Does the Keto Diet Lower Testosterone?

Does the Keto Diet Lower Testosterone?

Fat is essential for proper hormone production.

That statement is a fact. Fat helps regulate the production of hormones in the body, including testosterone. The necessary level of fat can be debated, but the American Heart Association recommends 20-35% of daily calories come from fat.

Thus, for a 2,000 calorie a day diet, that is 400-700 calories or 44-78 grams of fat per day. This is what the body will require to produce optimal levels of hormones and also to function properly.

Related - 30 Ways To Boost Your Testosterone Naturally

Since fat is linked to adequate testosterone, one would think that a ketogenic diet or another higher fat diet would lead to even higher levels of testosterone and advocates for these diets have even promoted that. Or, at the very least, it wouldn't have any negative effect on hormone levels, right?


Your keto diet might be turning you into a woman! Well, maybe not that extreme, but it appears that it might be possible to have too much of a good thing. Can low carb, or ketogenic diets lower your testosterone?

Based on available data, it absolutely can!

Firstly, glucose is responsible and plays a huge role in GnRH levels which lead to hormonal actions in the body. GnHR is a releasing hormone responsible for the release of follicle-stimulating hormone (FSH) and luteinizing hormone (LH) from the anterior pituitary.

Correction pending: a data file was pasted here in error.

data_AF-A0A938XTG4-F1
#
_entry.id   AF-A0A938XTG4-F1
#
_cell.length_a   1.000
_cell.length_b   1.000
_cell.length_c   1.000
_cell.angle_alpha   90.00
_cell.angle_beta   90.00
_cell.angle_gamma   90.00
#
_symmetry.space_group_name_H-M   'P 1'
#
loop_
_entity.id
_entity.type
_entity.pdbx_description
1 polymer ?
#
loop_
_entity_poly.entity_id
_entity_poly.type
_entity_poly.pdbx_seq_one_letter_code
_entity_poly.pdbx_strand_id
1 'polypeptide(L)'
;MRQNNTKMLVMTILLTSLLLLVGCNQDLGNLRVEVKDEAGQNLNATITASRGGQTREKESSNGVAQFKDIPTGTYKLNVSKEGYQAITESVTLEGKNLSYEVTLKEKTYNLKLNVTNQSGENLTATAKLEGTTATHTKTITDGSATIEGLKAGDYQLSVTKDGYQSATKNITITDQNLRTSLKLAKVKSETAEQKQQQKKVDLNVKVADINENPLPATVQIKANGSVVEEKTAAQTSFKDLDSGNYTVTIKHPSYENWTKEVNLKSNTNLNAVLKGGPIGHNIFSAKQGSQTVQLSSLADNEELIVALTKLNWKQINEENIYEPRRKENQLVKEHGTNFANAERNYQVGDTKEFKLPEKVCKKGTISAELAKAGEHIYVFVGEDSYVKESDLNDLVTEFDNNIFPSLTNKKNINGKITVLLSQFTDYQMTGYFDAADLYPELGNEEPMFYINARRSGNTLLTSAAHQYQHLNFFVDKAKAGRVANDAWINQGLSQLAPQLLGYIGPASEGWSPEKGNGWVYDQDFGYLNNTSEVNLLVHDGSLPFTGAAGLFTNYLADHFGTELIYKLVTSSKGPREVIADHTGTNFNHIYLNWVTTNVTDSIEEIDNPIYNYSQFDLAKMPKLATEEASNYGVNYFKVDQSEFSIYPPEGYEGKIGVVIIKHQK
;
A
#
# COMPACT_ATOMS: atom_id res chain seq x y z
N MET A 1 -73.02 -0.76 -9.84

These are all critical to the production of testosterone and other hormones. This can be one reason why these studies I am about to mention turned out the way they did. [1]

When carbs were reduced to 30% of one's diet, even more, carbs than most ketogenic diets recommend, testosterone and the ratio of testosterone to cortisol was reduced significantly in subjects. This wasn't just in normal people - this was also replicated in Olympic athletes. [2]

Cortisol levels skyrocketed as the athletes depleted glycogen and increased the cortisol to testosterone ratio in these highly-trained athletes. The effect was blunted and reversed with the inclusion of a carb-containing shake.

This is even more evidence than when I recommend a shake with MTS Nutrition Machine Whey and Machine Carb 10 IMMEDIATELY post workout, regardless of diet, you are doing great things for more than fat loss, but for recovery and hormone response to training. [3]

I recommend a balanced diet, as found in the Drop Factor Book, so don't think we are advocating super-high carbohydrate diets, but the evidence to include carbs in your diet is hard to ignore. In one study, high carb diets increased testosterone by 36% over low carb diets. [4] The carb group also had lower levels of the stress hormone, cortisol.

But I was told that carbs make you fat?

Contrary to what the people trying to sell you stuff or sell books or simply have befriended Oprah, diet is pretty simple and regardless of what your diet beliefs are, there is one thing we all agree upon:

Exercise is Awesome

Diet is very important, but to ward off a lot of lifestyle diseases like type-2 diabetes and obesity, a consistent exercise plan should be a part of your life. We have a TON of options available at TigerFitness, but the training found in the Drop Factor Book is a great option!

Back to Diet

The main variable to losing fat and gaining muscle is a caloric balance. Take in more calories than you burn and you will gain weight. Take in less than you burn and you will lose weight. Some simple dietary rules of thumb:
  1. Set protein to 1-1.5 grams per pound of body weight daily.
  2. Set Fat to 0.3-0.5 grams per pound of body weight daily.
  3. Fill in the rest of your caloric needs with carbs.
  4. Find your TDEE, or Total Daily Energy Expenditure HERE (How many calories you need per day).
  5. Find the macronutrient breakdown you want and calculate macros based on your TDEE here.